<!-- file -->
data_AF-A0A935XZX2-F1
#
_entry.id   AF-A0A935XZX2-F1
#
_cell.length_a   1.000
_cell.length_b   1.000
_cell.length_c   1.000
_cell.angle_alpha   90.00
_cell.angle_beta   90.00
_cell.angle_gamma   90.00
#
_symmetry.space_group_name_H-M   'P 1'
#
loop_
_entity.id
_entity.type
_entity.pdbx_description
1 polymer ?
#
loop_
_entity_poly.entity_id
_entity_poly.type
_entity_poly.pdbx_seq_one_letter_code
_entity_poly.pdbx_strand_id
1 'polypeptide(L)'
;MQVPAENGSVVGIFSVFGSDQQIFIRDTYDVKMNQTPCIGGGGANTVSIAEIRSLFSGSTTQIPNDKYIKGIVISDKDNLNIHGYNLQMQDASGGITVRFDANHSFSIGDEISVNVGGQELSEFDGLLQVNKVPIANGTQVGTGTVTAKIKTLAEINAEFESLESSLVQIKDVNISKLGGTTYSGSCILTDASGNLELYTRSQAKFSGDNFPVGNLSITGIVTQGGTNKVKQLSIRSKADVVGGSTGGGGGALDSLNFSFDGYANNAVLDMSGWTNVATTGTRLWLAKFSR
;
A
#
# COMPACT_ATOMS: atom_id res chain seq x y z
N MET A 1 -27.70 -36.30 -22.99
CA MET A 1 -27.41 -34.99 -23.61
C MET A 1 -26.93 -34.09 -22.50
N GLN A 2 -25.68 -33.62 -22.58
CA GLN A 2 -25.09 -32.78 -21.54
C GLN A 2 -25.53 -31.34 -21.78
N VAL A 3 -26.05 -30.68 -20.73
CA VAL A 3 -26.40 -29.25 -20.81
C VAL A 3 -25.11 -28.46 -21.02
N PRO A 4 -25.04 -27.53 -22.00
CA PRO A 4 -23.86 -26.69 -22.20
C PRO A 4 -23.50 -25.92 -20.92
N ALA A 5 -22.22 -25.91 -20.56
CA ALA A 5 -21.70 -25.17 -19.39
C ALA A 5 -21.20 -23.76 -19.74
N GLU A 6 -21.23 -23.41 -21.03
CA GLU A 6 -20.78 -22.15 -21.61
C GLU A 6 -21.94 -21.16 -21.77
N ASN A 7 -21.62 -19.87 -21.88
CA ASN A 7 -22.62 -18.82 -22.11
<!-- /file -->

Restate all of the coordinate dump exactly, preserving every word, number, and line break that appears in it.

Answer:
data_AF-A0A935XZX2-F1
#
_entry.id   AF-A0A935XZX2-F1
#
_cell.length_a   1.000
_cell.length_b   1.000
_cell.length_c   1.000
_cell.angle_alpha   90.00
_cell.angle_beta   90.00
_cell.angle_gamma   90.00
#
_symmetry.space_group_name_H-M   'P 1'
#
loop_
_entity.id
_entity.type
_entity.pdbx_description
1 polymer ?
#
loop_
_entity_poly.entity_id
_entity_poly.type
_entity_poly.pdbx_seq_one_letter_code
_entity_poly.pdbx_strand_id
1 'polypeptide(L)'
;MQVPAENGSVVGIFSVFGSDQQIFIRDTYDVKMNQTPCIGGGGANTVSIAEIRSLFSGSTTQIPNDKYIKGIVISDKDNLNIHGYNLQMQDASGGITVRFDANHSFSIGDEISVNVGGQELSEFDGLLQVNKVPIANGTQVGTGTVTAKIKTLAEINAEFESLESSLVQIKDVNISKLGGTTYSGSCILTDASGNLELYTRSQAKFSGDNFPVGNLSITGIVTQGGTNKVKQLSIRSKADVVGGSTGGGGGALDSLNFSFDGYANNAVLDMSGWTNVATTGTRLWLAKFSR
;
A
#
# COMPACT_ATOMS: atom_id res chain seq x y z
N MET A 1 -27.70 -36.30 -22.99
CA MET A 1 -27.41 -34.99 -23.61
C MET A 1 -26.93 -34.09 -22.50
N GLN A 2 -25.68 -33.62 -22.58
CA GLN A 2 -25.09 -32.78 -21.54
C GLN A 2 -25.53 -31.34 -21.78
N VAL A 3 -26.05 -30.68 -20.73
CA VAL A 3 -26.40 -29.25 -20.81
C VAL A 3 -25.11 -28.46 -21.02
N PRO A 4 -25.04 -27.53 -22.00
CA PRO A 4 -23.86 -26.69 -22.20
C PRO A 4 -23.50 -25.92 -20.92
N ALA A 5 -22.22 -25.91 -20.56
CA ALA A 5 -21.70 -25.17 -19.39
C ALA A 5 -21.20 -23.76 -19.74
N GLU A 6 -21.23 -23.41 -21.03
CA GLU A 6 -20.78 -22.15 -21.61
C GLU A 6 -21.94 -21.16 -21.77
N ASN A 7 -21.62 -19.87 -21.88
CA ASN A 7 -22.62 -18.82 -22.11